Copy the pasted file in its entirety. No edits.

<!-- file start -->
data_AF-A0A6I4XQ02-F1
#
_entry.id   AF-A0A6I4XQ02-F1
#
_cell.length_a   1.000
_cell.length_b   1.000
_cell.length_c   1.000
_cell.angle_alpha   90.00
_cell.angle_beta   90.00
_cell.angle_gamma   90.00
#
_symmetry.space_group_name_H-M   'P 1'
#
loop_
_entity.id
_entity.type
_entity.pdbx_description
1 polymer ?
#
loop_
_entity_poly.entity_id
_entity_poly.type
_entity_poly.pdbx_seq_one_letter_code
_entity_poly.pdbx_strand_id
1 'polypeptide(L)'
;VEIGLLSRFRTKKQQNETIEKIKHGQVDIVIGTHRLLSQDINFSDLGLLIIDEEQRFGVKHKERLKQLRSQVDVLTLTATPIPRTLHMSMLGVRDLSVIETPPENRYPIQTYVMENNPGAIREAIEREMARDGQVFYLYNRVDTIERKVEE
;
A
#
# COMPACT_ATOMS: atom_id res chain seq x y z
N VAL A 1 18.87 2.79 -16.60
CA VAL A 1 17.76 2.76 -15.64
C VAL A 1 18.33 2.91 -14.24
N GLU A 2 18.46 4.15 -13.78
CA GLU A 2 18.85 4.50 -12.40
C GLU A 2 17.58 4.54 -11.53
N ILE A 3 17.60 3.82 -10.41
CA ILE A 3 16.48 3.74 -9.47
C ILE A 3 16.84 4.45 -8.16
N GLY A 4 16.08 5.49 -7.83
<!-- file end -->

data_AF-A0A6I4XQ02-F1
#
_entry.id   AF-A0A6I4XQ02-F1
#
_cell.length_a   1.000
_cell.length_b   1.000
_cell.length_c   1.000
_cell.angle_alpha   90.00
_cell.angle_beta   90.00
_cell.angle_gamma   90.00
#
_symmetry.space_group_name_H-M   'P 1'
#
loop_
_entity.id
_entity.type
_entity.pdbx_description
1 polymer ?
#
loop_
_entity_poly.entity_id
_entity_poly.type
_entity_poly.pdbx_seq_one_letter_code
_entity_poly.pdbx_strand_id
1 'polypeptide(L)'
;VEIGLLSRFRTKKQQNETIEKIKHGQVDIVIGTHRLLSQDINFSDLGLLIIDEEQRFGVKHKERLKQLRSQVDVLTLTATPIPRTLHMSMLGVRDLSVIETPPENRYPIQTYVMENNPGAIREAIEREMARDGQVFYLYNRVDTIERKVEE
;
A
#
# COMPACT_ATOMS: atom_id res chain seq x y z
N VAL A 1 18.87 2.79 -16.60
CA VAL A 1 17.76 2.76 -15.64
C VAL A 1 18.33 2.91 -14.24
N GLU A 2 18.46 4.15 -13.78
CA GLU A 2 18.85 4.50 -12.40
C GLU A 2 17.58 4.54 -11.53
N ILE A 3 17.60 3.82 -10.41
CA ILE A 3 16.48 3.74 -9.47
C ILE A 3 16.84 4.45 -8.16
N GLY A 4 16.08 5.49 -7.83